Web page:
It’s not been that long since I finished building my own 1:8 Scale Back to the Future DeLorean but now we’re onto something even more exciting, bigger and dare I say (possibly) better?! Originally revealed in Christopher Nolan’s iconic The Dark Knight trilogy, making its debut in Batman Begins no less, the Batmobile ‘Tumbler’ holds military-level stealth tech as its inspiration, can break through concrete walls, has bullet-proof bodywork and is unreservedly one of the finest additions to Bruce Wayne’s Batcave/hidden underground workshop.
You can now build your own extensively detailed replica, at 1:8 scale, thanks to Hachette Partworks the team behind this release, which is too good to resist. While we’re in the early days of a longer-term project, and if you’ve also done one before you’ll appreciate what I mean, there’s a huge amount of eagerness to see what we can create, and in Parts 1 and 2 you get a good sense of the physical scale, and that’s mostly based on the huge front tyre!
Build your own Batmobile Tumbler will be assembling, sticking and screwing together die-cast parts, alongside plastic-moulded ones for the smaller details, and it’s an impressive beast when you start to realise how many features are eventually here to highlight.
Issue 1 kicks off a part of the front sections which, in the grand scheme of the bigger Tumbler, is vital and offers another reminder of the style and size of the build. In this, you get your front section with two small cannons, which eventually will form part of the entire front section. I’ve put together a picture gallery in this instance, but if you have any questions – please add them in the comments below!
As a general point, the Hachette Partworks collection comes with a small screwdriver, and it works for what you need here, but my first *tip* today is regarding picking up a set of changeable screwdrivers (much like mine here), as later on they’re really useful. If you can also pick up some tweezers, or borrow them from the bathroom, they’ll also be valuable with precise sections. Both these things I learned last time, and no regrets in my purchases!
Every issue also comes with a magazine that offers you insight on The Dark Knight trilogy and a varied history of Batman. Within that, are step-by-step instructions that help guide you through how the build is put together. My other *tip* is to pay attention to the right and left instructions on some of the sections, as you don’t want to be correcting a small mistake later on, it just makes it more complicated.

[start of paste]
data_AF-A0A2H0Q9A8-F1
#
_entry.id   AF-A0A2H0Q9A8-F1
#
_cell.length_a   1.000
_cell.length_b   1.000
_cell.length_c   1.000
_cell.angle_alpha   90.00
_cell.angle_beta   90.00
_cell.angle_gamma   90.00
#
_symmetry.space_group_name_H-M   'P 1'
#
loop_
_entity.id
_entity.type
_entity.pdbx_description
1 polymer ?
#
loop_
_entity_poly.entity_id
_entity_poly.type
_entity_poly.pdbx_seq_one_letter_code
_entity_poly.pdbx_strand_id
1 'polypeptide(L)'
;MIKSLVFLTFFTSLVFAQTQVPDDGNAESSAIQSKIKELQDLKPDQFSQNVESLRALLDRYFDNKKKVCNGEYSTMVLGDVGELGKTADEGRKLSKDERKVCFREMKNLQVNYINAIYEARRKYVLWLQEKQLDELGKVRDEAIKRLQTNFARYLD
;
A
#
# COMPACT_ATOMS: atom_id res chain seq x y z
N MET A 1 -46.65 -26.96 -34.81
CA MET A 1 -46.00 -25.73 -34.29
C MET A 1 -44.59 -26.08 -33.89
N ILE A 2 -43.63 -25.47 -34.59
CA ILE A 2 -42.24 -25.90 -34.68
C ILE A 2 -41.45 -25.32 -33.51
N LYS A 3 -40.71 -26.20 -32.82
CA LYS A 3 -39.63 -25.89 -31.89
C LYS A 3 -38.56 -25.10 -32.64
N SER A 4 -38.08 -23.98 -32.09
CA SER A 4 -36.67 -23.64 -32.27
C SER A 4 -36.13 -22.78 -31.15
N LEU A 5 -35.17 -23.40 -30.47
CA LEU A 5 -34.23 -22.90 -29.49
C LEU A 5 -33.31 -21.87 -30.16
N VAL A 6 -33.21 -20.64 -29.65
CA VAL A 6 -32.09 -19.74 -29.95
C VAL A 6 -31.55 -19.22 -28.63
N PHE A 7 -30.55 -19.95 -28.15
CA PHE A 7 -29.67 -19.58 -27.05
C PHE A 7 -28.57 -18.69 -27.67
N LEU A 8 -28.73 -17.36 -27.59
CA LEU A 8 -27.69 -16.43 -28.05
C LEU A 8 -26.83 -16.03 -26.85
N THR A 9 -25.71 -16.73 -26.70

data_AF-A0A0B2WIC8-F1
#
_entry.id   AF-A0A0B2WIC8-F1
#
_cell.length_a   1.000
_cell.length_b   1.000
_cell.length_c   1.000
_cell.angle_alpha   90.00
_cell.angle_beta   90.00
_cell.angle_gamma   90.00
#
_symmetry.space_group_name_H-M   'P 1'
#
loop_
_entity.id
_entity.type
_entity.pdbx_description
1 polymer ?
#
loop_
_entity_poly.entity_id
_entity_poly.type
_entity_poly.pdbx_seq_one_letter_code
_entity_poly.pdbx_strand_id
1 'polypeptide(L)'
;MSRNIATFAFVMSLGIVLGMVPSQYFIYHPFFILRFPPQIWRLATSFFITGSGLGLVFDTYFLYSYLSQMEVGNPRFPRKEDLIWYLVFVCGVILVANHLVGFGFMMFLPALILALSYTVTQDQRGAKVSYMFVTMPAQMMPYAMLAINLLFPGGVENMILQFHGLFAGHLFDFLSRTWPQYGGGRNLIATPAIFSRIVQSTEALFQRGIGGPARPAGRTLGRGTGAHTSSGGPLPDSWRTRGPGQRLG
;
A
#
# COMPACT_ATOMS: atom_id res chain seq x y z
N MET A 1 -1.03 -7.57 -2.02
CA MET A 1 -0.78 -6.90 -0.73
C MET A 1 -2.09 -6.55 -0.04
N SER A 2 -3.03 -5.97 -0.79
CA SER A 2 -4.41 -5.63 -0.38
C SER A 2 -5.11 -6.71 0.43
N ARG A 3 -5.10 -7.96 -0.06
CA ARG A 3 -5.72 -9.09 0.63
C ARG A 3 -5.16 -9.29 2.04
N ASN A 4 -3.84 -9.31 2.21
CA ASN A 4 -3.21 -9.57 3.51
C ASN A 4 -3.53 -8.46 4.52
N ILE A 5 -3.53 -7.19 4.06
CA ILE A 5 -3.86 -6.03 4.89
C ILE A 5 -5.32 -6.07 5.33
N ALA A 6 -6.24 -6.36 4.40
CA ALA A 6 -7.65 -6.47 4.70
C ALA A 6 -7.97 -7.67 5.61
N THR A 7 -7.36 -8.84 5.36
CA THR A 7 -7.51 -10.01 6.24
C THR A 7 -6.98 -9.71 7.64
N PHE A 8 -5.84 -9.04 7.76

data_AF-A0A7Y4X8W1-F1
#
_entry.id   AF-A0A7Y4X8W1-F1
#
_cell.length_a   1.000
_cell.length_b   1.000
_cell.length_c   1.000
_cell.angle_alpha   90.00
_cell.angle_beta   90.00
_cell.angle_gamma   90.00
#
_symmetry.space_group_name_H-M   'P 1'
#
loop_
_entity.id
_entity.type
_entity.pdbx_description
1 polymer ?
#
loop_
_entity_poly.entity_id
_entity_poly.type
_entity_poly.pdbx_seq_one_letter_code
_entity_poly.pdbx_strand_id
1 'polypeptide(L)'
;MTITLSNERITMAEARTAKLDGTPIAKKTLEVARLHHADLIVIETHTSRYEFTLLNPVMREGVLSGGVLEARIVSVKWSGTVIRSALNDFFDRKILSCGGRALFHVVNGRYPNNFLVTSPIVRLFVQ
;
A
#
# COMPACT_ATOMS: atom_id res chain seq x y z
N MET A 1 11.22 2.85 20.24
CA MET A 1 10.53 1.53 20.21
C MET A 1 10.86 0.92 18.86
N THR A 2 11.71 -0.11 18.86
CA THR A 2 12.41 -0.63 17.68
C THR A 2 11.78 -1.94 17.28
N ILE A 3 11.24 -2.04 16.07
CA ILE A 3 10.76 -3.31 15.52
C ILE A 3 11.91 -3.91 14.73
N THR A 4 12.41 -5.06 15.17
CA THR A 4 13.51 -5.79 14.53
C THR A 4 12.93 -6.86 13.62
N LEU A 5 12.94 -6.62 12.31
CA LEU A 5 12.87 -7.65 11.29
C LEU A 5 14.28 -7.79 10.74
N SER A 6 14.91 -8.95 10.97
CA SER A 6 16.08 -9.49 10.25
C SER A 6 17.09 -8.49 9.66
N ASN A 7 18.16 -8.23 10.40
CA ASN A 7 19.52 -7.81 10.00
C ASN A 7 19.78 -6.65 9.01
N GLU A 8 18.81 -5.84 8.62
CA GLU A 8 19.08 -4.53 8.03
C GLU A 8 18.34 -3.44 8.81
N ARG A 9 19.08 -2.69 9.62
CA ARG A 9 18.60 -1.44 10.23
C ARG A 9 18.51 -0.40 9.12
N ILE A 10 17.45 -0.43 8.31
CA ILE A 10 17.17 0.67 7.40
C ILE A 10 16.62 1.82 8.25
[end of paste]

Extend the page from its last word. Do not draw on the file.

For this (very) front section which comes a solid metal framework, you’ve got to fix in some cannons, screw them in with the help of a metal section and secure a selection of sharp-edged windows and a windscreen, ones that all reflect the Bat symbol within the car. In fact, when you see it this closely, you realise how many pointy parts make up each part, and it does look very cool. The issue also comes with a nameplate which will help with your display at the end of everything, so keep all this aside – and keep any spare screws you receive!
Whilst this issue might not take you the longest, it’s fun to see the size of the tyres – and this is just the first one. It’s solid, it’s superb and it gives you a good idea of the bulk of the quality from Hachette Partworks, which is an important and positive early sign over what’s to come.
In essence, you’ve got a massive tyre, the outer and inner rim, a hub nut, washer and also the screws you require to put the outer and inner rim together inside the front wheel. In my photos, I’ve picked out an older Joker LEGO minifigure to give you a good idea of the size and, again, while the early days might seem like smaller parts, once it all starts coming together, you’ll really appreciate all the details.
Coming up next time to the front panel of the passenger compartment and some front suspension work, which is sure to be a lot more specific, and strong enough to take the weight of the entire build!